– “Medium,” 9 p.m., CBS. Allison
sees strange symbols that could be clues to a serial killer.

– “Secrets of the Lost Symbols,”
9 p.m., NBC. Yes, it's pathetic that NBC has canceled the second
season of “Southland,” which was supposed to air in this slot;
the show shot six new episodes, but none aired. Instead, “Dateline”
and other pseudo-news will fill the hour, including this Matt Lauer
interview with Dan Brown (“The Da Vince Code”) on the impact of
freemasonry on early American history.

– “The Jay Leno Show,” 10 p.m.,
NBC. Ross Mathews turns in his first primetime report. Also, John
McCain answers the “10 at 10” questions.

– “Numb3rs,” 10 p.m., CBS. A
movie hasn't even opened, but its murders are already being copied.

– “Sanctuary,” 10 p.m., Syfy. In
the second half of the season-opener, Tesla and Henry try to fend off
the attacks by the Cabal, without harming Helen's daughter, Ashley.


TV column for Thursday, Oct. 15

season-opener, 9:31 p.m., NBC.

Jack (Alec Baldwin) grumbles that the
sketch-comedy show has high prestige and low ratings. “We've all
lost touch with the real America,” he says.

So Jenna will sing country and Tracy
will try to remember when he was the common man.

There's some truth to this, of course.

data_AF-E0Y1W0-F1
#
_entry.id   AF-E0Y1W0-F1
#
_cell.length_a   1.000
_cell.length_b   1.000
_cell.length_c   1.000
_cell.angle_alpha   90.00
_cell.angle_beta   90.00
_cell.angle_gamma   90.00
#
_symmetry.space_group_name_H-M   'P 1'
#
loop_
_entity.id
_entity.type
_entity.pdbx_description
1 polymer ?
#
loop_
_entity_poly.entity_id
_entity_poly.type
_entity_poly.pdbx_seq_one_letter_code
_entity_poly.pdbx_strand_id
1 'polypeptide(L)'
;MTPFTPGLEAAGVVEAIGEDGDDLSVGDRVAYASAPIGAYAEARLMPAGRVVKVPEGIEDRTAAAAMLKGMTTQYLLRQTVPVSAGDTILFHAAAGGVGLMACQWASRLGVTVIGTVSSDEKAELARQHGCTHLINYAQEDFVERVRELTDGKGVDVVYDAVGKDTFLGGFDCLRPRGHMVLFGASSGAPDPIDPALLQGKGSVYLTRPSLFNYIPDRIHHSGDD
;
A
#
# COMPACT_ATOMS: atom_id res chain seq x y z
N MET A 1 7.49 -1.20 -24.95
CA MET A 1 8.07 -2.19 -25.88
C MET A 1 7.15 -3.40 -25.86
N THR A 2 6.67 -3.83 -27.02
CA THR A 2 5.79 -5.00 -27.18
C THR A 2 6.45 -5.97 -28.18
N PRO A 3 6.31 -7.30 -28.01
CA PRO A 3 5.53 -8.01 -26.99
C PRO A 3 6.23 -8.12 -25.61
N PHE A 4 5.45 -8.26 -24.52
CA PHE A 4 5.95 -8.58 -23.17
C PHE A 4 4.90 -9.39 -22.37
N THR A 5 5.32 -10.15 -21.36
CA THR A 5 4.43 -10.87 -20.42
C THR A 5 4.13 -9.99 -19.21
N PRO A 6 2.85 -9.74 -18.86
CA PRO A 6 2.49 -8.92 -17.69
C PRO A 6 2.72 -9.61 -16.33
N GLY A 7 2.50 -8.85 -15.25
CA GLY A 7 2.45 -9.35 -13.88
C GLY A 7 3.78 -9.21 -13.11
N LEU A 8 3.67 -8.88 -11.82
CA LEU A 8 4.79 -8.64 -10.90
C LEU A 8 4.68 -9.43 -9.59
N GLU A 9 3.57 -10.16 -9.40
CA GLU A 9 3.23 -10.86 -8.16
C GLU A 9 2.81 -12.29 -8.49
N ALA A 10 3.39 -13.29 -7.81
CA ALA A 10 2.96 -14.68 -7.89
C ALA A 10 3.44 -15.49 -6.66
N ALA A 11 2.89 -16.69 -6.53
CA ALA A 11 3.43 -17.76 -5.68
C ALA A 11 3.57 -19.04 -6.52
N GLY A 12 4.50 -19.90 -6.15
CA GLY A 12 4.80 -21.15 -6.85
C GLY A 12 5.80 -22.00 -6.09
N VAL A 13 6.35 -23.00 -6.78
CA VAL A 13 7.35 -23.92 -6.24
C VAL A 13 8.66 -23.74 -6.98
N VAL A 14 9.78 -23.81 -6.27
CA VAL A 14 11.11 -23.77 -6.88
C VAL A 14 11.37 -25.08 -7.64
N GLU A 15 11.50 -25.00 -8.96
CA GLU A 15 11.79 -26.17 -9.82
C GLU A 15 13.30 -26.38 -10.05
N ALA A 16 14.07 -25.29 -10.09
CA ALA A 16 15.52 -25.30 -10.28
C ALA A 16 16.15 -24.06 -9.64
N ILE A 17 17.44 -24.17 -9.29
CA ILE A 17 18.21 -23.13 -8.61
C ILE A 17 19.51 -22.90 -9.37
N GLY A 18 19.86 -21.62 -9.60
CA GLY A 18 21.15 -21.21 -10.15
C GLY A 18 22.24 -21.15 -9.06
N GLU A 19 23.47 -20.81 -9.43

In all three seasons so far, “30 Rock” has won the Emmy for best
comedy, but ratings have been modest; now it mocks the situation.

One sub-plot – Kenneth leads a strike
by the pages – is fairly lame, despite a funny guest shot by Steve
Buscemi. Another – Liz and Pete try to find a new cast member
without arousing suspicion – is quite funny. True to form, “30
Rock” is very clever and fairly entertaining.

Anatomy” (9 p.m.) and “Private Practice” (10:01), ABC.

First, “Anatomy” starts the
precarious merger of two hospitals, Seattle Grace and Mercy West.
That adds four actors including Sarah Drew, who was terrific as
Hannah in “Everwood” and as Anjelica Huston's daughter in two
“Ghost Whisperer” episodes.

Then it's time for another crossover
between the ABC shows. Bailey heads to Los Angeles with a
kidney-transplant patient; Sam (Taye Diggs) is ready to resume their
verbal sparring. Also, we finally learn who is the father of Violet's

Other choices include:

– “FlashForward,” 8 p.m., ABC. No
one knows whether these visions (of a moment, six months in the
future) are accurate. Now Olivia, a doctor, must decide whether to
use that information to diagnose a patient. Also, her babysitter is